Missing in Africa: How Obama Failed to Engage an Increasingly Important Continent
Africa is more important than ever to the United States. The continent, home to six of the world’s ten fastest-growing economies, is booming. And democracy has become the African norm rather than the exception. This year alone, no fewer than fifteen sub-Saharan countries will hold elections. With their combination of liberal politics and market economics, countries such as Ghana and Botswana are attracting frontier investors. Huge potential markets like Nigeria and Ethiopia are leveraging modest reforms into big economic opportunities. These trends all suggest that Africa is on a path to prosperity, and that it is ripe for U.S. investment, trade, and partnership.
At the same time, danger zones across the continent pose a growing security concern for Washington. Terrorist groups in Somalia and northern Mali are direct threats. In addition, pockets of weak governance in West Africa and in the Horn lead to cross-border problems such as narcotics trafficking and the spread of infectious diseases. In short, while Africa is making democratic and economic strides, it is also increasingly a locus of terrorism and transnational threats.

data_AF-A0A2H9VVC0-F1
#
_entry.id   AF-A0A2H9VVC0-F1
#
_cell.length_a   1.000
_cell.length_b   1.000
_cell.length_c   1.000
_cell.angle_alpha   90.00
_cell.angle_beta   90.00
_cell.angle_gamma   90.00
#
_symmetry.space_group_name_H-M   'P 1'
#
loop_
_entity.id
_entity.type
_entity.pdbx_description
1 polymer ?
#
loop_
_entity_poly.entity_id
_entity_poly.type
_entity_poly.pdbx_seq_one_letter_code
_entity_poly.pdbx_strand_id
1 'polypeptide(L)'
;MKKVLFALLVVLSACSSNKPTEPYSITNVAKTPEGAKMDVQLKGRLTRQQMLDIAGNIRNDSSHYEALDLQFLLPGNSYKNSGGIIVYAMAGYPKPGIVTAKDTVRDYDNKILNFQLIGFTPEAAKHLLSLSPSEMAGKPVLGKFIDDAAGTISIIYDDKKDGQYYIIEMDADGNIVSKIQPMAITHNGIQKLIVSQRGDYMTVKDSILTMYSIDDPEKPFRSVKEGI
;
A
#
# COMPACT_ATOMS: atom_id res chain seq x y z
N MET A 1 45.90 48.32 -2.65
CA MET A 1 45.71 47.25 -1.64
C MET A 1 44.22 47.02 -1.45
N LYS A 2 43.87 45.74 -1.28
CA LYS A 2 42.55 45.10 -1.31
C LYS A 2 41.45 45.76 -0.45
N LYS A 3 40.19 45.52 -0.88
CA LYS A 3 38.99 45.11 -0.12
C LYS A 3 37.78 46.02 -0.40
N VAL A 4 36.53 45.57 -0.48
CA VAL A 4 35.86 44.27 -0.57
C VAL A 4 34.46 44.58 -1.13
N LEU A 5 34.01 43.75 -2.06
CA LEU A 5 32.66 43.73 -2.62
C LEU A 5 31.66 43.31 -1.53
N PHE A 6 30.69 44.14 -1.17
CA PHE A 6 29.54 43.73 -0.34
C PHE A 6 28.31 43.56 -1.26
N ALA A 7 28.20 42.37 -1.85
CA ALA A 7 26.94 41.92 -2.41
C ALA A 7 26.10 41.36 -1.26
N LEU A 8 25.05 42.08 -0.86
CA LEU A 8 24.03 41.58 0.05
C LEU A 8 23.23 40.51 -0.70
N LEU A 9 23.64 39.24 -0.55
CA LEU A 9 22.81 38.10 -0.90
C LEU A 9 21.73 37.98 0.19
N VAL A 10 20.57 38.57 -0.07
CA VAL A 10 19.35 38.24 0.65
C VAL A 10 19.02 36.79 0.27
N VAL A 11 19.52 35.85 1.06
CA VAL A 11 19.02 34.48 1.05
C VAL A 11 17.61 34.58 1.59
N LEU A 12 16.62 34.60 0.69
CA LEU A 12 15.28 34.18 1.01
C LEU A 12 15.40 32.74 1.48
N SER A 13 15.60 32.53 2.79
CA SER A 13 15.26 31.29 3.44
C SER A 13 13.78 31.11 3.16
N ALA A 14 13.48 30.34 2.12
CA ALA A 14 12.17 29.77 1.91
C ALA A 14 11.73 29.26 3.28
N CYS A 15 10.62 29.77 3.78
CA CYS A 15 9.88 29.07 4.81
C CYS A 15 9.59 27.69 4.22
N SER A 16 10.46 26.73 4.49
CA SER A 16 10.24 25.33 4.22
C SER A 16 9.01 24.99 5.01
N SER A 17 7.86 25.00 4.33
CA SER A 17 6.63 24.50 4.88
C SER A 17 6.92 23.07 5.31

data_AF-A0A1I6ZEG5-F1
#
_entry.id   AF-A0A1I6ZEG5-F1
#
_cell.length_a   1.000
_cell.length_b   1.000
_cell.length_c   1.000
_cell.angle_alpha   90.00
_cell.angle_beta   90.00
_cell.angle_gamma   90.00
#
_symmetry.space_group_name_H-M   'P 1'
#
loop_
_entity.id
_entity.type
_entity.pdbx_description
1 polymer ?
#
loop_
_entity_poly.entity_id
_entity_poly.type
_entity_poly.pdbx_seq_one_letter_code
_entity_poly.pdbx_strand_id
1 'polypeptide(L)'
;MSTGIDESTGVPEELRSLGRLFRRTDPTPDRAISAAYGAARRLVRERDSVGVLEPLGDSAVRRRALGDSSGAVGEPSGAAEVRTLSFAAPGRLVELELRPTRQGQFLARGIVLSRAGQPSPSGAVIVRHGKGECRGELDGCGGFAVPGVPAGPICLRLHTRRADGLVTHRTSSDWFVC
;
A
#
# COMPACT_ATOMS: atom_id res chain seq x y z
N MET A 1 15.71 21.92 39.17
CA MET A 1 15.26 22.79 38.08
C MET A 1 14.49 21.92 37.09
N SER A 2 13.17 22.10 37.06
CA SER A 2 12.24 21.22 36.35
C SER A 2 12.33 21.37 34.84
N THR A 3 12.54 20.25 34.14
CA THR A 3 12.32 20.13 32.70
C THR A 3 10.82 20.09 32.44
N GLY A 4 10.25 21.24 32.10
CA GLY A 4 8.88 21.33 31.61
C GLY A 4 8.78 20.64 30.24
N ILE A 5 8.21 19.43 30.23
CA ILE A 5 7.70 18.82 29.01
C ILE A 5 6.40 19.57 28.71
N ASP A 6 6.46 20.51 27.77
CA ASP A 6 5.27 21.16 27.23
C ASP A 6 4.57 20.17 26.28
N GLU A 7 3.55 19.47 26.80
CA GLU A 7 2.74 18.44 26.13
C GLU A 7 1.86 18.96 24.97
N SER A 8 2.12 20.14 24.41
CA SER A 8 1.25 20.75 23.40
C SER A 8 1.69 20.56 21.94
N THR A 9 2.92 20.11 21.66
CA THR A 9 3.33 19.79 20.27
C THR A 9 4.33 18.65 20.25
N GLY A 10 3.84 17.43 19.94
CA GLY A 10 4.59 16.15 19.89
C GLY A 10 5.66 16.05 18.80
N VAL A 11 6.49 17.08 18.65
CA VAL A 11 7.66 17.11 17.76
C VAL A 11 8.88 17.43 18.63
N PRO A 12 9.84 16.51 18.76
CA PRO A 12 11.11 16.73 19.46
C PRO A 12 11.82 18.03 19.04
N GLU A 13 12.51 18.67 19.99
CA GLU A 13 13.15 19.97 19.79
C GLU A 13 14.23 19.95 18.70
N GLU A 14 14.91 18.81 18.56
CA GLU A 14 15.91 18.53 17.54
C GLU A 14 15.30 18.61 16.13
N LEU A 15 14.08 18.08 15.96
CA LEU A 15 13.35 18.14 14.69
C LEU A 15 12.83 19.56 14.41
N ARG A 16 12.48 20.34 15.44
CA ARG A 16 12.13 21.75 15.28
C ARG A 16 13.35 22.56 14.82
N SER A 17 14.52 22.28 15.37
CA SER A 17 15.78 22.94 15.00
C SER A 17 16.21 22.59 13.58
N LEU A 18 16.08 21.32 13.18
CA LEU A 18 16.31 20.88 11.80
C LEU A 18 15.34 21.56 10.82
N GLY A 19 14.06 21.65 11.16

U.S. Secretary of State Hillary Clinton has, to her credit, visited fifteen African countries on four separate trips. But her presence has been overshadowed by President Obama’s absence. Obama has set foot on the continent just once: for a mere 20 hours in Ghana in July 2009 where he gave a speech on democracy that resulted in no substantial action. The president’s Kenyan heritage inspired unreasonably high hopes for a robust Africa policy; but his administration has failed to meet even the lowest of expectations. Even Obama’s most vocal supporters quietly admit that he has done much less with Africa than previous presidents have.
Compare Obama’s approach to Africa with that of his predecessors. President Bill Clinton exuded enthusiasm for the continent. His Africa policy was defined by the African Growth and Opportunity Act, which reduced trade barriers on more than 1,800 products exported from the continent to the United States. Partly as a result of the act, trade between the U.S. and Africa has more than tripled since 2000 to more than $90 billion. More important, Clinton approached Africa as a partner, not just as a receiver of goodwill.